What a Fool Believes
The Doobie Brothers
Writer(s): Kenny Loggins, Michael McDonald (see lyrics here)
First Charted: January 20, 1979
Peak: 11 US, 12 CB, 12 GR, 113 RR, 22 AC, 1 CL, 31 UK, 11 CN, 12 AU, 4 DF (Click for codes to singles charts.)
Sales (in millions): 1.0 US, 0.2 UK
Airplay/Streaming (in millions): -- radio, 64.23 video, 200.73 streaming
Click on award for more details.
About the Song:
The Doobie Brothers formed in 1970 in San Jose, California. From 1971 to 1975, they released five albums with Tom Johnston as the lead singer. Three of the albums reached the top 10 and three achieved platinum status. However, with Johnston facing health problems, the band brought in Michael McDonald as the new lead singer. He’d worked together with guitarist Jeff “Skunk” Baxter as a session musician with Steely Dan.
McDonald “had serious piano chops and a big, burly voice.” SG He brought a “slicker R&B” FB which made for a “fusion of pillowy LA soft-rock and studio-slick blue-eyed soul.” SG The 1976 album Takin’ It to the Streets suggested the new sound didn’t alienate fans. It was another top-10, platinum seller which produced two top-40 hits. The next album, Livin’ on the Fault Line, reached the top 10, but failed to generate any top-40 hits. It looked like the band might have peaked.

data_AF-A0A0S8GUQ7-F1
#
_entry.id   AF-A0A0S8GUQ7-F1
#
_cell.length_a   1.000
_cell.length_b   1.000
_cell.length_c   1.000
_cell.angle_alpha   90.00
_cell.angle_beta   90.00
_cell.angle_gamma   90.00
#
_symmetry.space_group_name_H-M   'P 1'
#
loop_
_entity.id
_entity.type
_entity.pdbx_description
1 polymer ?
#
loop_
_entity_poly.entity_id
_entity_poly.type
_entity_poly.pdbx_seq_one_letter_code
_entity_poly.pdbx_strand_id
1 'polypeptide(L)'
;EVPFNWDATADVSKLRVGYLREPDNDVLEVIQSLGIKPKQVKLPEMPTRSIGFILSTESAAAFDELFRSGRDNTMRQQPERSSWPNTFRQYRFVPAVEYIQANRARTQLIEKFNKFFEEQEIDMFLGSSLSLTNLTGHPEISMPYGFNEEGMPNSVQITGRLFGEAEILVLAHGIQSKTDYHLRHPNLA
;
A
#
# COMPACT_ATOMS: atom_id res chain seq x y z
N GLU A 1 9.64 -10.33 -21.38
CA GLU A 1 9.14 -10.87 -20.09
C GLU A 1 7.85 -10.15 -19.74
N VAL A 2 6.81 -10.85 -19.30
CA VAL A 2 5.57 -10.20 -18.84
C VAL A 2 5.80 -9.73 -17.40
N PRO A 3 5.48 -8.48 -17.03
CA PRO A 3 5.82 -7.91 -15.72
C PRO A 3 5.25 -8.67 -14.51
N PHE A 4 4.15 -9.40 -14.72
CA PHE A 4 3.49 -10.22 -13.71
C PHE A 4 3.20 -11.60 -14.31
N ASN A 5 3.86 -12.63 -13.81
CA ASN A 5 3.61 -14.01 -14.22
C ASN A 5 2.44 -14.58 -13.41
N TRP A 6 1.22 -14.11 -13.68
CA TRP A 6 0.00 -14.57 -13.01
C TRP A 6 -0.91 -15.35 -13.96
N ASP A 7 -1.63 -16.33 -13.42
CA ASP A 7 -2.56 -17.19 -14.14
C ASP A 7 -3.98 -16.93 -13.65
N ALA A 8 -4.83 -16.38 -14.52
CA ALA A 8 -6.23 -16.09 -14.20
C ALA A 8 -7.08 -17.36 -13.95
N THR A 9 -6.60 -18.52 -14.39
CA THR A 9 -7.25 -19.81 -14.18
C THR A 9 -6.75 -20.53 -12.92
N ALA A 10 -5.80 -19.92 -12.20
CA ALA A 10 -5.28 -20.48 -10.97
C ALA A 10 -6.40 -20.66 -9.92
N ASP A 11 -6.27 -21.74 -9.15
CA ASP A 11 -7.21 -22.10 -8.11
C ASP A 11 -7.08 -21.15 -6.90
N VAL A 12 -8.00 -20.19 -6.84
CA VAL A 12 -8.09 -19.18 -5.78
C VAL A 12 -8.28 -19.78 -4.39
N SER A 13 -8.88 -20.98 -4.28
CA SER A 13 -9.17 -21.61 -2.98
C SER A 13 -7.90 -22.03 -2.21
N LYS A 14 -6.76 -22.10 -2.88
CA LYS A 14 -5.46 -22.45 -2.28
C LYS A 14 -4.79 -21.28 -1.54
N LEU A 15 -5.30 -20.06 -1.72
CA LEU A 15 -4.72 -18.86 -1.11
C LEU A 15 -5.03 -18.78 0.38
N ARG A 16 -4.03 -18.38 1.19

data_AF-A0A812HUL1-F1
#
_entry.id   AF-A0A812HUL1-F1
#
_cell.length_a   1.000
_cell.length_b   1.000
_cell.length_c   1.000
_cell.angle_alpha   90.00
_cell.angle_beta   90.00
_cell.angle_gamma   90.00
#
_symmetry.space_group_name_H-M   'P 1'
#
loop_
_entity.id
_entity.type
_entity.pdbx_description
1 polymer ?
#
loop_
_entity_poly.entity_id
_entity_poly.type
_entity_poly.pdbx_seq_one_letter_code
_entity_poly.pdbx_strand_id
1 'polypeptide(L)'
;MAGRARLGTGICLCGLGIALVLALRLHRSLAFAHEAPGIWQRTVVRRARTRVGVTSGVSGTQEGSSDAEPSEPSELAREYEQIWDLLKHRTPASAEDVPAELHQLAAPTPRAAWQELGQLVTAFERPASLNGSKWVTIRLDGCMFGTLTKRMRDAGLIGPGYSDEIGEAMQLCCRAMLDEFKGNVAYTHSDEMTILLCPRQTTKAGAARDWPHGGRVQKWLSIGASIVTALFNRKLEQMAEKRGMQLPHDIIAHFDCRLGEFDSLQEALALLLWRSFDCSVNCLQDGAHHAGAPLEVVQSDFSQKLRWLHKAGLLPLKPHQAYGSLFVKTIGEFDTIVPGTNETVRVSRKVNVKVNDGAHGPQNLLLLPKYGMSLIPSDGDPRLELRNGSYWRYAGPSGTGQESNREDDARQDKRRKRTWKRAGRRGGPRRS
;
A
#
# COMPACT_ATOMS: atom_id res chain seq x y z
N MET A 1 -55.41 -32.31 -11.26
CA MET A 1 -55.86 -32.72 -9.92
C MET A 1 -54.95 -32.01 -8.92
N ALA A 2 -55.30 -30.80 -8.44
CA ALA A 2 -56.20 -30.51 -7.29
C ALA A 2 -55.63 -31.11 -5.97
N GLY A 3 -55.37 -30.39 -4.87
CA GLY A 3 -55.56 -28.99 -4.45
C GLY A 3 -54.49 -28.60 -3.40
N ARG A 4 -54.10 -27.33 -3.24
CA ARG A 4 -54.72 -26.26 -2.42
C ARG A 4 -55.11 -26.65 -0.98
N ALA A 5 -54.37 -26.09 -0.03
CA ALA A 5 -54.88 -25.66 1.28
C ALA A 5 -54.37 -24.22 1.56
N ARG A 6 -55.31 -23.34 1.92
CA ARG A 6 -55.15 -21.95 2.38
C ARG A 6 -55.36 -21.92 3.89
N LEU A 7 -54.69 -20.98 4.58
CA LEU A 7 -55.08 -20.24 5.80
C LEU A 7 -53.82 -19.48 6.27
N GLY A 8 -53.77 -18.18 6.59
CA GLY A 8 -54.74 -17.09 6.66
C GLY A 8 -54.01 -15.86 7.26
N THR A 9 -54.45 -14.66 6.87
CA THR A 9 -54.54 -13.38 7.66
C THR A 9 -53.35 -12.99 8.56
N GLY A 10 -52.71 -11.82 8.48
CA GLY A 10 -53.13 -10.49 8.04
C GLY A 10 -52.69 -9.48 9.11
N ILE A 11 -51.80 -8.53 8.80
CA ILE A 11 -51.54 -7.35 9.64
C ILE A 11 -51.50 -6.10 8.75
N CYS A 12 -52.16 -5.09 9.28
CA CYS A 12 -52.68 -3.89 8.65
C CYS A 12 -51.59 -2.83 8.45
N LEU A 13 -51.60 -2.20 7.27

However, their 1978 album Minute by Minute was a triple-platinum, chart-topping success thanks largely to the success of the #1 hit “What a Fool Believes.” Not only was it “stylistically unlike any song the Doobie Brothers had done before,” WK it was also one of the few non-disco songs to reach the pinnacle of the Billboard Hot 100 in 1979. WK It is now “considered a foundational yacht rock classic,” SG although that wasn’t a genre tag until decades later.
The song tells the story “of a many who is reunited with an old love interest and attempts to rekindle a romantic relationship with her before discovering that one never really existed.” WK McDonald had started the song, but didn’t finish it until getting together with Kenny Loggins. The two had never met before, but Loggins wanted to work with McDonald. When Loggins heard the unfinished song at McDonald’s house, he knew where it should go and the pair finished the lyrics over the phone that night. SG
Loggins released the song on his second solo album, 1978’s Nightwatch. Loggins had previously recorded with Jim Messina as a duo. They got to #4 in 1972 with “Your Mama Don’t Dance.” As a solo artist, he had more than a dozen top-40 hits, including “Whenever I Call You Friend” (#5, 1978), also from Nightwatch, and “This Is It,” a #11 hit from 1979 which was also co-written by McDonald and Loggins.
First posted 12/6/2022.